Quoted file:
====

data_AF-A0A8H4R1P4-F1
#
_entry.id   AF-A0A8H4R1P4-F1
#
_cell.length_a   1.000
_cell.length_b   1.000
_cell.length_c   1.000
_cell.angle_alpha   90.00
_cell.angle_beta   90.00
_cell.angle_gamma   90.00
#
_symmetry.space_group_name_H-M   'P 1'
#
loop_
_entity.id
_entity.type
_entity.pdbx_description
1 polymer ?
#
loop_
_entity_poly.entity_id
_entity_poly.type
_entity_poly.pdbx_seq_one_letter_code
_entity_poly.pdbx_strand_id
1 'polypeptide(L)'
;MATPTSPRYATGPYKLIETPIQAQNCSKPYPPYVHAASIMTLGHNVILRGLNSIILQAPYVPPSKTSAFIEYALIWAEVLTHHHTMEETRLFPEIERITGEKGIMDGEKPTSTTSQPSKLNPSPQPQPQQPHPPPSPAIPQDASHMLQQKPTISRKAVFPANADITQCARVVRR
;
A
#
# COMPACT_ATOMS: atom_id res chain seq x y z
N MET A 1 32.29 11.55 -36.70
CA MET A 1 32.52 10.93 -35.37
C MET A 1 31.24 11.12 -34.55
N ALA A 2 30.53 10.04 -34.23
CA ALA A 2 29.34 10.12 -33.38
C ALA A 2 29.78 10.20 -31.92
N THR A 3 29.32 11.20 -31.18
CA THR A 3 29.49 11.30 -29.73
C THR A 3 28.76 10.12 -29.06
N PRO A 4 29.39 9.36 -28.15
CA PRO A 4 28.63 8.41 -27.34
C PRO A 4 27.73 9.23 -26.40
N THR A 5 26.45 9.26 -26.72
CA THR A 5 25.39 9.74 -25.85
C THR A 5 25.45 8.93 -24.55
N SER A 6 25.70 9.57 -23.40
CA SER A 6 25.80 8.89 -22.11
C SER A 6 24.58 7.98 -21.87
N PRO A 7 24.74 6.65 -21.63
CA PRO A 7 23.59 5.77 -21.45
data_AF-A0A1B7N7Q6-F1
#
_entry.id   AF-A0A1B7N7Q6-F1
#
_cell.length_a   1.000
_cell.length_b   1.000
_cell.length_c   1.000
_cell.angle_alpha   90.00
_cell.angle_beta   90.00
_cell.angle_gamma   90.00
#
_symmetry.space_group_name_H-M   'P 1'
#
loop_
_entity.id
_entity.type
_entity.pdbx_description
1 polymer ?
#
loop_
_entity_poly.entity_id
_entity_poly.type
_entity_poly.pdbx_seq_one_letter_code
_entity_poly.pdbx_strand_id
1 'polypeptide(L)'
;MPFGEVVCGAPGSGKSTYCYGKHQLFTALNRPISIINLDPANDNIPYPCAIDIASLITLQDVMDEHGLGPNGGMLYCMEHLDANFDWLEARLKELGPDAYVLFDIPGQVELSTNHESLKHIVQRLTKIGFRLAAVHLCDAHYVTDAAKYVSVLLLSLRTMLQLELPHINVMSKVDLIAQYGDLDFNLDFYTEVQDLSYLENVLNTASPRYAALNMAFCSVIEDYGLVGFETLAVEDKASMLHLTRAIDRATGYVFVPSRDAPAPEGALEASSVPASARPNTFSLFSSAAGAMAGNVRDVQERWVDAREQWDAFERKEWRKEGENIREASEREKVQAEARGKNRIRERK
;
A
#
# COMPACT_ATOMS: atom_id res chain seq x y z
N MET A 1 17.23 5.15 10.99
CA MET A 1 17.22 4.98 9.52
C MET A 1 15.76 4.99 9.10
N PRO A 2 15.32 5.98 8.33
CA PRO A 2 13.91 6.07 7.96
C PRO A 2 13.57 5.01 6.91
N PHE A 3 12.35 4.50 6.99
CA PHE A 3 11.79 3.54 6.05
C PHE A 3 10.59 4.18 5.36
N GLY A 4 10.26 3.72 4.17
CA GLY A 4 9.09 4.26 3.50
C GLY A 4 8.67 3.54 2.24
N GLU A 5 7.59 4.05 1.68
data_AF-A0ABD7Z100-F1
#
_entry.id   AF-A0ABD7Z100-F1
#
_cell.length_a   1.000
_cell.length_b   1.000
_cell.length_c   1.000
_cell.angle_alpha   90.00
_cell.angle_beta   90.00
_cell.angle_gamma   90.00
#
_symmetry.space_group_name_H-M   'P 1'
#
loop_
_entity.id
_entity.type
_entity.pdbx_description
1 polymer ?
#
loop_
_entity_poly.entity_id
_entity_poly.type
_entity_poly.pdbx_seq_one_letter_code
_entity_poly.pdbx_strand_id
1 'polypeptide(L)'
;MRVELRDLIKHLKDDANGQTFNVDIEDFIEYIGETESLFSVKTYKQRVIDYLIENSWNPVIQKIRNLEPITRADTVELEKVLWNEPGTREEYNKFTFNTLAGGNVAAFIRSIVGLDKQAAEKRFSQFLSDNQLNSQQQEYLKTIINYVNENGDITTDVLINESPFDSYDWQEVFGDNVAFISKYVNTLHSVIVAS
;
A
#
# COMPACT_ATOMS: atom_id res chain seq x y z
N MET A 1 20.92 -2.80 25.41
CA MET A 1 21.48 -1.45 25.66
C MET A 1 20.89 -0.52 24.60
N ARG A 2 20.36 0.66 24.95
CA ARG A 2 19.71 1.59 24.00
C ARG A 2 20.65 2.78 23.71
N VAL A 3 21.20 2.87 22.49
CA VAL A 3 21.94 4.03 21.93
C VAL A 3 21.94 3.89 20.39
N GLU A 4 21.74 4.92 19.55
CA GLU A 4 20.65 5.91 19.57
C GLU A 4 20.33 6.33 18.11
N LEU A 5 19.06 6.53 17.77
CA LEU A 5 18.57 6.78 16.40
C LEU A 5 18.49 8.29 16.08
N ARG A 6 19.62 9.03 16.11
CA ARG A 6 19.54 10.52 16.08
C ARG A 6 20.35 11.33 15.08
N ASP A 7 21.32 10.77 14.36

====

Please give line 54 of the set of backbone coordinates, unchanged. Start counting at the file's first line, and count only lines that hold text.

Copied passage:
#